What Santa Claus Can Learn From I-O Psychology: Eight Performance Management Recommendations
Thomas A. Stetz
Hawaii Pacific University
It’s the most magical time of year, a time when Santa Claus rewards millions upon millions of children around the world for their good performance during the past year. What Santa has basically set up is a pay for performance system. He only rewards children if they meet his performance expectations. I, therefore, decided to take a closer look at what Santa does from an I-O psychology perspective and make recommendations on how he could improve his approach to performance management. These recommendations not only reduce his risk exposure to litigation but also result in a more fair and accurate system leading to improved child behavior.
Recommendation 1: Develop Refined Rating Scales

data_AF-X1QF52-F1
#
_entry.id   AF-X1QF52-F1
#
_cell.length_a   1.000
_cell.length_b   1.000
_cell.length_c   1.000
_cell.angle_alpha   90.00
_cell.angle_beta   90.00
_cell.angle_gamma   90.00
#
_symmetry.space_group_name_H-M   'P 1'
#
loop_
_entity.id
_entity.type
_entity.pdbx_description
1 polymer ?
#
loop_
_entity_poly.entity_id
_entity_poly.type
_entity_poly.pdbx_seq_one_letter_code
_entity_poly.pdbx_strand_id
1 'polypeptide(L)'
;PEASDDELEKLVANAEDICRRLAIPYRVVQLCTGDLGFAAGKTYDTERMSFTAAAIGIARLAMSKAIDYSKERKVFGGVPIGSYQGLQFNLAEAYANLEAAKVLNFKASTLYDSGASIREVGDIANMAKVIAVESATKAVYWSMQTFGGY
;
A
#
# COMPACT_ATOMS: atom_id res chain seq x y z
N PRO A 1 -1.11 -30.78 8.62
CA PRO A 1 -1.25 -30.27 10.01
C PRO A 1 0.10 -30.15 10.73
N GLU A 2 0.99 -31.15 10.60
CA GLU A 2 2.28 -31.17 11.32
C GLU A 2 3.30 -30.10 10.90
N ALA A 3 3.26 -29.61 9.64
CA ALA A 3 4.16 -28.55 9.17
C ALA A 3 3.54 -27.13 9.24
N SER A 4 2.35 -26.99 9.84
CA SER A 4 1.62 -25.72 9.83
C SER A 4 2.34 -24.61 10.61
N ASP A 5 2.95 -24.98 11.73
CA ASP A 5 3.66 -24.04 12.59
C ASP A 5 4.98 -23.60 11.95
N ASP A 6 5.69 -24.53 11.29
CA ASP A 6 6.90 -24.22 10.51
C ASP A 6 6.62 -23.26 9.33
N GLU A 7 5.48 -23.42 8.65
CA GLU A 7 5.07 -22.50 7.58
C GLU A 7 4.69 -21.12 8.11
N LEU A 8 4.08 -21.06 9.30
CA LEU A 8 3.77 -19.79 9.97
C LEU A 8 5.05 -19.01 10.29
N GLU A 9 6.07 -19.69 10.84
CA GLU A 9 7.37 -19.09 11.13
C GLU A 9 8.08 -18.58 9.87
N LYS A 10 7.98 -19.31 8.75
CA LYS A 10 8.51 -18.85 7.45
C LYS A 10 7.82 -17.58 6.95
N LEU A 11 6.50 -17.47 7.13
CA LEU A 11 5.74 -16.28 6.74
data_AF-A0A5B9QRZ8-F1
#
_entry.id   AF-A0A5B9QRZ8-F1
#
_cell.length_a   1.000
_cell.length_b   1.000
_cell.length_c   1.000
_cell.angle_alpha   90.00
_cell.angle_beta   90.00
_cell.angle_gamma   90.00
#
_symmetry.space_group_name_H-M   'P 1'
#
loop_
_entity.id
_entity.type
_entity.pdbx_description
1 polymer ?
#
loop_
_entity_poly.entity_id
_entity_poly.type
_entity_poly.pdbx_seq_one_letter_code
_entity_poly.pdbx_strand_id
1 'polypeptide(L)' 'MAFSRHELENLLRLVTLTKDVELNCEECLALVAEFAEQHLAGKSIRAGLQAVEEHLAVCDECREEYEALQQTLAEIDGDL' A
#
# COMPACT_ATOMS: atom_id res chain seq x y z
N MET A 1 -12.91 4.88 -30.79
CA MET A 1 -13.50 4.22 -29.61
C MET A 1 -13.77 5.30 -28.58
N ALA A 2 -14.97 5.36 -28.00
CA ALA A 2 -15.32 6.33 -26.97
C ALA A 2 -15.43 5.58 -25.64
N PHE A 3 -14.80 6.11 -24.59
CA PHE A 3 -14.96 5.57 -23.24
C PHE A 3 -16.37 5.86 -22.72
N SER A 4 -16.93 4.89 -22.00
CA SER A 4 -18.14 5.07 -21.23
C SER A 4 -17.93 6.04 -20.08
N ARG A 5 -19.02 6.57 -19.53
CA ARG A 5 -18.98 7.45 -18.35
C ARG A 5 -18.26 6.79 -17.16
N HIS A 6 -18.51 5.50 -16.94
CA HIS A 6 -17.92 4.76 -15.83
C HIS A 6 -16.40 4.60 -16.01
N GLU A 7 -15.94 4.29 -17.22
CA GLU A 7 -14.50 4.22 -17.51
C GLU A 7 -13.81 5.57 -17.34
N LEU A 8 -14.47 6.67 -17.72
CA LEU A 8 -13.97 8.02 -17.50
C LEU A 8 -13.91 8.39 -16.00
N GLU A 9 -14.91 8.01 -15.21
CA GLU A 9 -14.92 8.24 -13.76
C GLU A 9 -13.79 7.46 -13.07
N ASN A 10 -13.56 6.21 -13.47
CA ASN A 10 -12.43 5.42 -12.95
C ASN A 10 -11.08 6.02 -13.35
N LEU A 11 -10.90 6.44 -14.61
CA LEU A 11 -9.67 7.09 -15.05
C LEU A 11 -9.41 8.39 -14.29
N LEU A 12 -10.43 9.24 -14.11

Currently children only get presents when they are nice. When they are naughty they get a lump of coal or nothing at all. Thus, Santa’s evaluative system is standards based, but what exactly is naughty and nice in behavioral terms? Santa really needs to further develop his rating scales. I suggest he assemble a representative group of SMEs composed of both children and parents. He could either conduct focus groups or collect critical incidents. The result should be behaviorally anchored rating scales (BARS) that that vary by grade. I would advise him to steer clear of BARS that vary based on age. I know age shouldn’t be an issue given that he only evaluates children under the age of 40, but it is better safe than sorry.
Recommendation 2: Develop SMART Performance Objectives
Early in January Santa should meet individually with children and jointly develop specific, measureable, attainable, relevant, and time-bound (SMART) performance objectives. These objectives ideally should cascade from the parent’s family strategic plan for the following year. Right now children don’t have any idea of what their yearly objectives are—other than the vaguely defined “be nice”—and there is no clear link to the family operating unit goals.
Recommendation 3: Increase Feedback Throughout the Year